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Ambassador for the Culture of Death, Virginia Gov. Ralph Northam, signed an extreme abortion bill into law on Good Friday.
The Virginia bishops, Michael Burbidge of Arlington and Barry Knestout of Richmond, immediately decried Northam's action.
Noting the particularly offensive timing, the bishops said in a statement: "That he would take this action on Good Friday, one of the most solemn days for Christians, is a particular affront to all who profess the gospel of life."
Northam, a white male who made headlines in February 2019 for his racist yearbook photo showing one man dressed in blackface and another as a KKK member, boasted: "No more will legislators in Richmond — most of whom are men — be telling women what they should and should not be doing with their bodies. The Reproductive Health Protection Act will make women and families safer, and I'm proud to sign it into law."
The new law removes regulations for those seeking to terminate their children, meaning someone other than a physician can abort their children in the first trimester without an ultrasound at least 24 hours beforehand and without obtaining counseling on options outside of abortion.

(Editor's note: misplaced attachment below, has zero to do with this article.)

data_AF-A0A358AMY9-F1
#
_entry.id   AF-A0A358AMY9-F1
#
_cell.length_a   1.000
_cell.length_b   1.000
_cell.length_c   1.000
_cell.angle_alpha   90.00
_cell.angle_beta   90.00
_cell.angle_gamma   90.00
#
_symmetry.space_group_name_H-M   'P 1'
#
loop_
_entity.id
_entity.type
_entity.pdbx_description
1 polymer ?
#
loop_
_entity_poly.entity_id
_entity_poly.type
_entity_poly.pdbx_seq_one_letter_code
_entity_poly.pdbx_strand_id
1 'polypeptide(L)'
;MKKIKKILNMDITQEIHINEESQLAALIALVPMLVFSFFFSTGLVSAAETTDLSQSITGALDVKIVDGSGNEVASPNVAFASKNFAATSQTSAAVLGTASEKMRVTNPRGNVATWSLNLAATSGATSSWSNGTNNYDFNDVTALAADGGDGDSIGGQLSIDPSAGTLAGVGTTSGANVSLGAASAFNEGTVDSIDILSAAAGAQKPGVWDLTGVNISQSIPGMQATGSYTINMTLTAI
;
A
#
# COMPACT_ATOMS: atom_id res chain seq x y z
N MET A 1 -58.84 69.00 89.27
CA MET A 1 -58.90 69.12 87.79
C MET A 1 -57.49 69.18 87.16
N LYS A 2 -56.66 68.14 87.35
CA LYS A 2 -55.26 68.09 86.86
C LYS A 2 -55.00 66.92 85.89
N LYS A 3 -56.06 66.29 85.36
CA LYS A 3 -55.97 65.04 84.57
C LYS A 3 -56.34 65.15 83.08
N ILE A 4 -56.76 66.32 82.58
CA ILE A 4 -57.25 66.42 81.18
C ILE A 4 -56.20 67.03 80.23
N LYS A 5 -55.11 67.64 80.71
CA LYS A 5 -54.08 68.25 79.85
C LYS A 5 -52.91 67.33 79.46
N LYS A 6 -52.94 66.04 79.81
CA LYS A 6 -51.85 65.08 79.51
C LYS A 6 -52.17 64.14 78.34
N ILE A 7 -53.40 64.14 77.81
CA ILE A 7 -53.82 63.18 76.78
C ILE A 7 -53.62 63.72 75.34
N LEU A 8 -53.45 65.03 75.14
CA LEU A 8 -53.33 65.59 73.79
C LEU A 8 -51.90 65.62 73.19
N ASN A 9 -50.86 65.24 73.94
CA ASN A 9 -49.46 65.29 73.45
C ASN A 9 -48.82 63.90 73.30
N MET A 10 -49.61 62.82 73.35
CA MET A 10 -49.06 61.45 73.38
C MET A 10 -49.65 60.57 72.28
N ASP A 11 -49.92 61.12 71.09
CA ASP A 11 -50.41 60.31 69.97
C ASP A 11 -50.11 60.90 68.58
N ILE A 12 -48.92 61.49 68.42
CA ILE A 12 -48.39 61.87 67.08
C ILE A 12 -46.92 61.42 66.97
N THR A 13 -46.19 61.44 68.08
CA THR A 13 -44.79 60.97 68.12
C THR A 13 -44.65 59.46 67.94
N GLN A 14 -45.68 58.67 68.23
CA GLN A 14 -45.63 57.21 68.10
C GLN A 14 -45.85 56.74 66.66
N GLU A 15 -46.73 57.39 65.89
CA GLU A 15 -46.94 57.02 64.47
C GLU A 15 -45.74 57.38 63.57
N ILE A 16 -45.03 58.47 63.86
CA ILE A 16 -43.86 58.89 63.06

After politicians decided the fate of an incalculable number of preborn children, Virginia House Majority Leader Charniele Herring, who supported the legislation, said: "Virginia women deserve access to health care free from interference from politicians."
The law goes into effect on July 1, three days before the United States celebrates its independence, in which the nation recalls that all are endowed by their Creator with certain inalienable rights such as "Life, Liberty and the pursuit of Happiness."
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